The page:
KANSAS CITY– Whitehead Law Firm, LLC, in Kansas City, has appealed to the U.S. Supreme Court on behalf of a Missouri church pre-school and daycare center that was discriminated against by a state program that provides recycled tires to surface children’s playgrounds. Earlier this year, the U.S. Court of Appeals for the 8th Circuit upheld a federal court’s decision that ruled the State of Missouri was justified in denying participation by the center because a church runs it.
Trinity Lutheran Church Learning Center in Columbia sought to participate in the 2012 Playground Scrap Tire Surface Material Grant Program. The center wished to remove and replace a large portion of the pea gravel surfacing on its playgrounds with a safer, recycled, pour-in-place, rubberized product. The Missouri Department of Natural Resources disqualified the learning center solely because it is operated by Trinity Lutheran Church of Columbia, Missouri, Inc., pointing to a section of the state constitution that prohibits government aid to religion.
“The State’s only interest here should be children’s safety,” said Michael Whitehead, who represents the church along with Alliance Defending Freedom, a Scottsdale-based public interest law firm. “These kids skin their knees when they fall on the playground just like other kids. Preventing ‘owies’ on a pre-chool playground is not an establishment of religion. Denying tire scraps to these pre-schoolers because their folks put them in a church school smacks of religious discrimination.”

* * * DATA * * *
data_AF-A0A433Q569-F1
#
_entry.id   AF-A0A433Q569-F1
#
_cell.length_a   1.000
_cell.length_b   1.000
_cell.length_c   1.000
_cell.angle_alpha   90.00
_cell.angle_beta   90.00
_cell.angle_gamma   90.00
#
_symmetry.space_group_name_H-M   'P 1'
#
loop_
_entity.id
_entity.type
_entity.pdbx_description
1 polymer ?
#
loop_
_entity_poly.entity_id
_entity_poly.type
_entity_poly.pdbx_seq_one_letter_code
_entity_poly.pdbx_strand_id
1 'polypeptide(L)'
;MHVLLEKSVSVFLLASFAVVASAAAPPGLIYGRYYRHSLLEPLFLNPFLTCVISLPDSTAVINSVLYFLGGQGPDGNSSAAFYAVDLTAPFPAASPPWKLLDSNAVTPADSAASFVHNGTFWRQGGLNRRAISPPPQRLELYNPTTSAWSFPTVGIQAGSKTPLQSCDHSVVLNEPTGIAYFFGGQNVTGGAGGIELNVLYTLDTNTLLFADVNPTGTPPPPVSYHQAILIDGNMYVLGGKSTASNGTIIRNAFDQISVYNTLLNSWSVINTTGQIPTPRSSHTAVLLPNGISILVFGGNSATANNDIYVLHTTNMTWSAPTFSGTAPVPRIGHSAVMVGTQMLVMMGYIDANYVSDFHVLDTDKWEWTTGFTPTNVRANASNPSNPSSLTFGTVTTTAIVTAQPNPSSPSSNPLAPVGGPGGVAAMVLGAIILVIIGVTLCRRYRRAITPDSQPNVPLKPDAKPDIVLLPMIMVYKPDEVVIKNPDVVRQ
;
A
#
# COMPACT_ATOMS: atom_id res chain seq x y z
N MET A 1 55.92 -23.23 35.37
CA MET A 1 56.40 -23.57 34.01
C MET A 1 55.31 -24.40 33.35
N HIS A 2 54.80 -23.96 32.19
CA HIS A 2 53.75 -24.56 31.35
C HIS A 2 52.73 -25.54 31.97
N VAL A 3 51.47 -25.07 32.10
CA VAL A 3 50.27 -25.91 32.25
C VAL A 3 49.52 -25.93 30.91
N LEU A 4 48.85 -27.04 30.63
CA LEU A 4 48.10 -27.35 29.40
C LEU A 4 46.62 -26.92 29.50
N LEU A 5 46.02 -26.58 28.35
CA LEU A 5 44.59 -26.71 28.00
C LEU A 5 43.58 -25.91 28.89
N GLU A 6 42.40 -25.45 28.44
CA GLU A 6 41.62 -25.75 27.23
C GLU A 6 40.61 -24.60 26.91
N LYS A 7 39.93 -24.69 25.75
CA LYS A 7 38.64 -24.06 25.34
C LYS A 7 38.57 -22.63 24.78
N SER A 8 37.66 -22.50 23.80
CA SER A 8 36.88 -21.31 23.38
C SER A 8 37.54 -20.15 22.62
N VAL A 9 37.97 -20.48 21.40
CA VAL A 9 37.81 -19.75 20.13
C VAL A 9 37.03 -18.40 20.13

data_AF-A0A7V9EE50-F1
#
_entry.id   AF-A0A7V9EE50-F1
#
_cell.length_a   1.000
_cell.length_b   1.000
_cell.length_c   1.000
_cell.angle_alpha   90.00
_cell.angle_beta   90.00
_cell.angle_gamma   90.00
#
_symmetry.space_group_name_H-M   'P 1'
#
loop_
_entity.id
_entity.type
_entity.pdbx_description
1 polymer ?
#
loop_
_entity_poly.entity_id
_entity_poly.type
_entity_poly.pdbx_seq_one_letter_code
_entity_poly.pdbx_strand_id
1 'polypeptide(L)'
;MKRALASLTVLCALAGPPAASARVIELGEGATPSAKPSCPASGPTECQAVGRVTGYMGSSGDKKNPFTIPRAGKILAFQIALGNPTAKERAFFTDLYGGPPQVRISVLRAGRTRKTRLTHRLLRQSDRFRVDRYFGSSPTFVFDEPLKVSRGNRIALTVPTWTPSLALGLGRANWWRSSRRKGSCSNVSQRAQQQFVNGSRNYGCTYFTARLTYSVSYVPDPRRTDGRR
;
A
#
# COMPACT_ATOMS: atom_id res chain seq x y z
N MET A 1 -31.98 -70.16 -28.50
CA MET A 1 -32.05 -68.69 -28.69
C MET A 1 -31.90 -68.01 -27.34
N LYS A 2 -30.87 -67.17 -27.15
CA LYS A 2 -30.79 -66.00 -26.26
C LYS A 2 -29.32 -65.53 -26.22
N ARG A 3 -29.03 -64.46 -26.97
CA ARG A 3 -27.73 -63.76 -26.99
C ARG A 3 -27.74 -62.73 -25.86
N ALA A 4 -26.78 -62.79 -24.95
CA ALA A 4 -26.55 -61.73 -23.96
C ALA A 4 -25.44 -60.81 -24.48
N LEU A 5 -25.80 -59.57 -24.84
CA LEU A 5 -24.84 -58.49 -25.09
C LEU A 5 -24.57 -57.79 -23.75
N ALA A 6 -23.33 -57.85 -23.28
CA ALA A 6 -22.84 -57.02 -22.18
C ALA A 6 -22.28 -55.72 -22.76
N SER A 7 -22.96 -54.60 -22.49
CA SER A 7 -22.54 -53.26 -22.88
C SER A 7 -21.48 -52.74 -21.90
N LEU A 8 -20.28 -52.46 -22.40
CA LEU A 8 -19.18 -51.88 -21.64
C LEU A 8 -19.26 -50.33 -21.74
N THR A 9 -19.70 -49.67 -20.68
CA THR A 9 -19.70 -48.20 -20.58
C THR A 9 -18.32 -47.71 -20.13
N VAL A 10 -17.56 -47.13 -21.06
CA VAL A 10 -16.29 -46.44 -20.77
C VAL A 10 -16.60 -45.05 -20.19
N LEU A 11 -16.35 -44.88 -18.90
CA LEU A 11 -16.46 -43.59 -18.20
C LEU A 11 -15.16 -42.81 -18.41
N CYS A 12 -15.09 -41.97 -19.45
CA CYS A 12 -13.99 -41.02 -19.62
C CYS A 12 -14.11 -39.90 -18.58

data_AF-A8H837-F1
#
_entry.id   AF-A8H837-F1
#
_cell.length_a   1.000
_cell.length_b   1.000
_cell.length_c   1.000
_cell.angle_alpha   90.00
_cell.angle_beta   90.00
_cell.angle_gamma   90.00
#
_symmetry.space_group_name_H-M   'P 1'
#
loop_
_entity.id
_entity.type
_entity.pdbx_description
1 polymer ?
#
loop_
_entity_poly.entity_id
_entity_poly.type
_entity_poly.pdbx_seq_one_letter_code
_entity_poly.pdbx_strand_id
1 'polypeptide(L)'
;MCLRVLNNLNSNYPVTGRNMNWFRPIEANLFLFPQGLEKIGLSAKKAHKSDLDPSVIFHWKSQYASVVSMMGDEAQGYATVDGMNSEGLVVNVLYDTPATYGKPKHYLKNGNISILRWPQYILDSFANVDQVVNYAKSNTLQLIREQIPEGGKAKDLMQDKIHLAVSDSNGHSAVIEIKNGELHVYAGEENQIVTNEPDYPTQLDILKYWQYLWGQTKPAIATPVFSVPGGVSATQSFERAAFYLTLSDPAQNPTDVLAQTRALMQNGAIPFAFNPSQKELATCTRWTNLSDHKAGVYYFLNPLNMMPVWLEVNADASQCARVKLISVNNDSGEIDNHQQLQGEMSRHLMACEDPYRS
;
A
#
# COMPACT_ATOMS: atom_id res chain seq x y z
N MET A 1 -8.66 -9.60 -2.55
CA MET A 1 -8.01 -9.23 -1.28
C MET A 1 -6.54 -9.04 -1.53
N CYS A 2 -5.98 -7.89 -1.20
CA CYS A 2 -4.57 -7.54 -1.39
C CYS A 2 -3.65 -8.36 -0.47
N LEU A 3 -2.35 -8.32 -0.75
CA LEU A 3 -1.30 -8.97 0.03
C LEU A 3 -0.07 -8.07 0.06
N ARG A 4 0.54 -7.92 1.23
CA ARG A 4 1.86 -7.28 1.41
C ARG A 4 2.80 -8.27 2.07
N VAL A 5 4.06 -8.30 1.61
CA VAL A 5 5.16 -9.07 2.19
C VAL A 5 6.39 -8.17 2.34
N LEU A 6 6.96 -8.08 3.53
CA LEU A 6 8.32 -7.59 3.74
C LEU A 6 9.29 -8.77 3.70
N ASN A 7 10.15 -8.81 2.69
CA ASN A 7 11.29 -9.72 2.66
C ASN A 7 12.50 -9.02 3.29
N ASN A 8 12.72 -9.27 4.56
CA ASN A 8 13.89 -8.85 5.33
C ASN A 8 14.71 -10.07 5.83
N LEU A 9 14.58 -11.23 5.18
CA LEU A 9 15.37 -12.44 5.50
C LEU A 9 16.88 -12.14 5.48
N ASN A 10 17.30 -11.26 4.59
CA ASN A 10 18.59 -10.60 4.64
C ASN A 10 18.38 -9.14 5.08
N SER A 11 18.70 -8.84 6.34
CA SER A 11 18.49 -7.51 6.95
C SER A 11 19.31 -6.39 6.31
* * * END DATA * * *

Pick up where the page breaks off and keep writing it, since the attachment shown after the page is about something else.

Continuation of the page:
“Children’s safety is just as important on church daycare playgrounds as at other daycare playgrounds,” said ADF Senior Counsel Erik Stanley. “The state cannot single out this preschool for exclusion from the program because it is operated by a church. The U.S. Constitution prohibits this type of hostility to religion.”
“Seeking to protect children from harm while they play tag and go down the slide is about as far from an ‘essentially religious endeavor’ as one can get,” said Whitehead, quoting from the ADF petition. “The DNR’s religious exclusion sends a message that Trinity’s children are less worthy of protection simply because they play on a playground owned by a church. This is not a mild disapproval of religion.”
“Programs, such as the one in this case, that evenhandedly allocate aid to a broad class of recipients without regard to religion, generally do not violate the Establishment Clause; indeed this Court has held that singling out religious entities for exclusion is unconstitutional,” the petition continues, filed on Nov. 4.
The Supreme Court will receive briefing from the State, and from various “friends of the court,” before deciding whether to grant the appeal in the case of Trinity Lutheran Church of Columbia v. Pauley. A decision is expected within the next few months.
Michael Whitehead practices law in suburban Kansas City, often teaming with his son, Jonathan Whitehead, a Harvard-trained trial lawyer who is also an ADF ally. www.whiteheadlawllc.com. Michael Whitehead is also general counsel for the Missouri Baptist Convention.